Helping someone mentally ill

Suppose you know someone who is exhibiting signs of mental illness, but is not getting help. What do you do?

First, do not shame or blame them. According to the Surgeon General, 25% of people will suffer from severe mental illness within a given year. 48% of Americans will suffer from mental illness in their lifetime. Given those numbers, you or someone you know will suffer from mental illness. In developed countries, mental illness is the leading cause of disability.

Unfortunately, there is great stigma in mental illness. It is a brain disorder. People can not ‘snap out of it”. They are not lazy.

First off, become aware of your loved ones actions. Are they sleeping? Eating right? Are they participating in normal activities? Do they appear apathetic?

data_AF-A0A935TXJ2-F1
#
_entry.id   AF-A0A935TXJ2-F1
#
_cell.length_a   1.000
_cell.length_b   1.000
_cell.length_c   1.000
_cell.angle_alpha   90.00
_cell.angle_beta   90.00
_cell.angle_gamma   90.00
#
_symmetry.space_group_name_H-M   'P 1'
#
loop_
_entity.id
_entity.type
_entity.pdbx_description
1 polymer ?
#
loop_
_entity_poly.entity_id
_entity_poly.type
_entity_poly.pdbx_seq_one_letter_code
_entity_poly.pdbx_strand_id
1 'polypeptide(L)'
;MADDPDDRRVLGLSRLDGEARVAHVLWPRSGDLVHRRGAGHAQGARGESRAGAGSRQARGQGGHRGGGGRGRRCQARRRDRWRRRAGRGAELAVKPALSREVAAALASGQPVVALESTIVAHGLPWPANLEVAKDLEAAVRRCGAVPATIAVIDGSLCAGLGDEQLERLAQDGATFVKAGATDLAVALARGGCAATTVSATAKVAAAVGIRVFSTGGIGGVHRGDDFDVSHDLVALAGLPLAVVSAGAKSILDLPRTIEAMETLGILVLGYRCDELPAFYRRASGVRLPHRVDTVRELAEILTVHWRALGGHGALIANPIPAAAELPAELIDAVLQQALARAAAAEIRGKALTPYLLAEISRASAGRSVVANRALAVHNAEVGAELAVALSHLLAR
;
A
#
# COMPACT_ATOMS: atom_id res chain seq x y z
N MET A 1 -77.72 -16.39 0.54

Then you can very lovingly talk to them about how you have observed that maybe they are not feeling quite right. Never accuse or blame. Share your concern. Then contact the local mental health agency for services.

Sometimes people go to their regular Dr for the help. Most general practitioners don’t really know much about mental illness. They may give you an antidepressant and that is it.

Antidepressants are not the answer for every mental illness. In fact, they can be detrimental for some diagnoses. So go to a Dr trained in mental health.

Counseling can be benefitial for many people. Usually medication and therapy work together. I have also printed lifestyle changes that can be made to help treat depression. This can be found in the archives. These lifestyle changes can work together with medication and therapy.

There is an organization called NAMI which is countrywide in the United States that offers information and support. You can find the local group at They have lots of information about mental illness on their site.

The main thing to remember is that mental illness is a brain disorder. There is nothing to be ashamed of if you are affected by it. Recovery is possible. It takes work, but it makes life all the more worth living.

Don’t let mental illness go untreated. It often gets worse – sometimes leading to suicide. Get help – now. Don’t wait. Recovery can start today.